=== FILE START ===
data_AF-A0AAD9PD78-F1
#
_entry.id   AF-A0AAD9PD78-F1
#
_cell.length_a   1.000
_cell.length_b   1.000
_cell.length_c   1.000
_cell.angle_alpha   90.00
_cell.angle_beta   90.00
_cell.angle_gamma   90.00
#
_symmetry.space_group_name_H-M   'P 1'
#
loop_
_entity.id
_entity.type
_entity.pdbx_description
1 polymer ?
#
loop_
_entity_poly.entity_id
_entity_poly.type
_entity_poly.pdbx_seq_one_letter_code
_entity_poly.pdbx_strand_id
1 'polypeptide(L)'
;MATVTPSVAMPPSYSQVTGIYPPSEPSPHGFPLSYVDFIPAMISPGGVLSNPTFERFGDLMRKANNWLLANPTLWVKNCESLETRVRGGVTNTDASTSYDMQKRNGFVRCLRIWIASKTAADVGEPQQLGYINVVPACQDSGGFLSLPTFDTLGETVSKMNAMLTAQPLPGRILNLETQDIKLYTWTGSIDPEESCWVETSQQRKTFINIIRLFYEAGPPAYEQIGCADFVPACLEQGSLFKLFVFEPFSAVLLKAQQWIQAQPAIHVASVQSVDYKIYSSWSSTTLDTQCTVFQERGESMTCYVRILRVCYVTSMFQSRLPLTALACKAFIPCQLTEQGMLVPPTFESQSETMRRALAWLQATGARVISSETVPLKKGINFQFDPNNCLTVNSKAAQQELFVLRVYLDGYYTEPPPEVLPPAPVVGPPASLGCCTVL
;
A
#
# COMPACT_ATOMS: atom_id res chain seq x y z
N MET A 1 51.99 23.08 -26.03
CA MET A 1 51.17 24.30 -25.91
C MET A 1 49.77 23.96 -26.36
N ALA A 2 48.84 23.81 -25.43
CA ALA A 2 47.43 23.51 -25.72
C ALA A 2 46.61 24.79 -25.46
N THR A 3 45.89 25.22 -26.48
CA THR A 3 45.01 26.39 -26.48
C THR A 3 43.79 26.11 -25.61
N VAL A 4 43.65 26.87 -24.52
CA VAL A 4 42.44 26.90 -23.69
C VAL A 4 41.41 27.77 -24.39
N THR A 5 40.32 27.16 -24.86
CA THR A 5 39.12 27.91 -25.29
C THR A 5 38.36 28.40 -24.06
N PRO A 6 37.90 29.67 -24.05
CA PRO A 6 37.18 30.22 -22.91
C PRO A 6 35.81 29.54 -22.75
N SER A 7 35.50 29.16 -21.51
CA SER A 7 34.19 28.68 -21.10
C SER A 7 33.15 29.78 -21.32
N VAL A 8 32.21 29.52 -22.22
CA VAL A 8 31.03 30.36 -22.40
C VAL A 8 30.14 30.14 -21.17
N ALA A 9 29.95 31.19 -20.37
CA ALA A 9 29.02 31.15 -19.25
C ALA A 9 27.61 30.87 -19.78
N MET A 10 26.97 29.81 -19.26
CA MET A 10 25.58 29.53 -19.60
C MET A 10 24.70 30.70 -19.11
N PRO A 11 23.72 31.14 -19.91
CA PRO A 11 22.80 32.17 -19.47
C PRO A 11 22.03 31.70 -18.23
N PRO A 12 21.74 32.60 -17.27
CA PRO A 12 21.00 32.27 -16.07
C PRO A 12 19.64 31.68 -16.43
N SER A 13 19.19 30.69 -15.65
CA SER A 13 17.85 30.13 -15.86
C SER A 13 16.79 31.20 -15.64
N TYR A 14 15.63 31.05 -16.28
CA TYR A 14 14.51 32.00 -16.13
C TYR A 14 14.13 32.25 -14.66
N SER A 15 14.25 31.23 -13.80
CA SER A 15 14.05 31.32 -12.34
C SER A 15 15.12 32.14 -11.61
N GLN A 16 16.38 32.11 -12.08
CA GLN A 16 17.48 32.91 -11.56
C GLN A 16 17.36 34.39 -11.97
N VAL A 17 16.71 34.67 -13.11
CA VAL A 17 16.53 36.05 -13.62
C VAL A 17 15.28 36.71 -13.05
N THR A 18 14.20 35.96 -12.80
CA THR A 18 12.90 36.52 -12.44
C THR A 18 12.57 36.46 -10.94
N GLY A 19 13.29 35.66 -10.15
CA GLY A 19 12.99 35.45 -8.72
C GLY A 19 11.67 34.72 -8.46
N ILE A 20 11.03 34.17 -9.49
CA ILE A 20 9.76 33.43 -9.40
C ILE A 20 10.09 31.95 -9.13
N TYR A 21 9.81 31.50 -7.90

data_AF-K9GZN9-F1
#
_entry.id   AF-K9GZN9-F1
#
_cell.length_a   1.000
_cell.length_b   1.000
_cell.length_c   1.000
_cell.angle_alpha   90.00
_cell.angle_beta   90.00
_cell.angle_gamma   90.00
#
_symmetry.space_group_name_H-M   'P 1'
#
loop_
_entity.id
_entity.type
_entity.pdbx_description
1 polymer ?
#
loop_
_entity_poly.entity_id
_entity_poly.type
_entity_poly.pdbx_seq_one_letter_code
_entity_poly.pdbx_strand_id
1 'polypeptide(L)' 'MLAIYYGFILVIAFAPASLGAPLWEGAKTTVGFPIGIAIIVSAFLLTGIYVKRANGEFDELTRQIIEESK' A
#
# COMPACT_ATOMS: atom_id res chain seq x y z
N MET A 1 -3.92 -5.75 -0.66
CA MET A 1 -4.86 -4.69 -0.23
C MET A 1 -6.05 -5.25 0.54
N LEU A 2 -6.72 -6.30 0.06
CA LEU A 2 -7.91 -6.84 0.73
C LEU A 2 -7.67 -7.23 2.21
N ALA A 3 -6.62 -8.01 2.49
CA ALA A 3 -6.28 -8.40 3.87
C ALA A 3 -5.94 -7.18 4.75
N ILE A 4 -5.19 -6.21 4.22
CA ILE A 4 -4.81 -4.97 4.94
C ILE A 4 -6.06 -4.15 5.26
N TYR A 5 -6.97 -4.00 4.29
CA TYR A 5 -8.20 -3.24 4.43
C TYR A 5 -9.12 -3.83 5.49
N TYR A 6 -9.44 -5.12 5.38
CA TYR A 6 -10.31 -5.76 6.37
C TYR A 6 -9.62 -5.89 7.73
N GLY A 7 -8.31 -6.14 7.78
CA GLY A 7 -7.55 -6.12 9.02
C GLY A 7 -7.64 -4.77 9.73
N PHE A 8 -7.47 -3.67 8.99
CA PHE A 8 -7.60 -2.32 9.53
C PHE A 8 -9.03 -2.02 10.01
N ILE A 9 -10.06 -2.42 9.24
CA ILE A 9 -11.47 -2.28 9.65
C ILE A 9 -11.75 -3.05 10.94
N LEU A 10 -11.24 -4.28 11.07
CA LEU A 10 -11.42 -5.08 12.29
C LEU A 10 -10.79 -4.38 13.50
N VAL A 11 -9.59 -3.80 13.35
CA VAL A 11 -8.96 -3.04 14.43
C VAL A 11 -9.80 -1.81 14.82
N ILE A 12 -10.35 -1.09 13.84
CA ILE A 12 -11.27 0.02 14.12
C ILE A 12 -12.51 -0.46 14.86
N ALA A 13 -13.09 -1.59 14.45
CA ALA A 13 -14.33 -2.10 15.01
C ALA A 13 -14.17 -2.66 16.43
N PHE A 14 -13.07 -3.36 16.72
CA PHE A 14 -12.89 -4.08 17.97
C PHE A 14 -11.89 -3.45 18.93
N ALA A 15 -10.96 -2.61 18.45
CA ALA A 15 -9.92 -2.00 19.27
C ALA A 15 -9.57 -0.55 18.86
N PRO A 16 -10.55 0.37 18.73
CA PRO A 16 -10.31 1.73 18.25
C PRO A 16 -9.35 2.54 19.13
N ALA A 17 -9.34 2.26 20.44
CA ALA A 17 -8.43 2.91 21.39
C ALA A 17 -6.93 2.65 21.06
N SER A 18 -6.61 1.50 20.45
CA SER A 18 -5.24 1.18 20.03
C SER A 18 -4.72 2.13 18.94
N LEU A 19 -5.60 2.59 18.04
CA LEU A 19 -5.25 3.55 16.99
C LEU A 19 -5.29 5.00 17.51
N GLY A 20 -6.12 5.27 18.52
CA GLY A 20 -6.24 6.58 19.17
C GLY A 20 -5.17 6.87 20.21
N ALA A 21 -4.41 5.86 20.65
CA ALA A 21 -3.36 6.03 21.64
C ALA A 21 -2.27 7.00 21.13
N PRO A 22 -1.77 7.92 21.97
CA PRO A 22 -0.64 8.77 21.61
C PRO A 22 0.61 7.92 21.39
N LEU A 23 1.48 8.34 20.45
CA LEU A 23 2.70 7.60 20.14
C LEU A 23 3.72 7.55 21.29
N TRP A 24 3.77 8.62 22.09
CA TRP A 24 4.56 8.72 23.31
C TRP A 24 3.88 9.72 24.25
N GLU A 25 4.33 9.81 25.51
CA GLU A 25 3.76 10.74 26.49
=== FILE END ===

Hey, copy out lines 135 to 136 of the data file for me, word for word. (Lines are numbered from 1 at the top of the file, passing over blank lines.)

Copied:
CA TYR A 6 -10.31 -5.76 6.37
C TYR A 6 -9.62 -5.89 7.73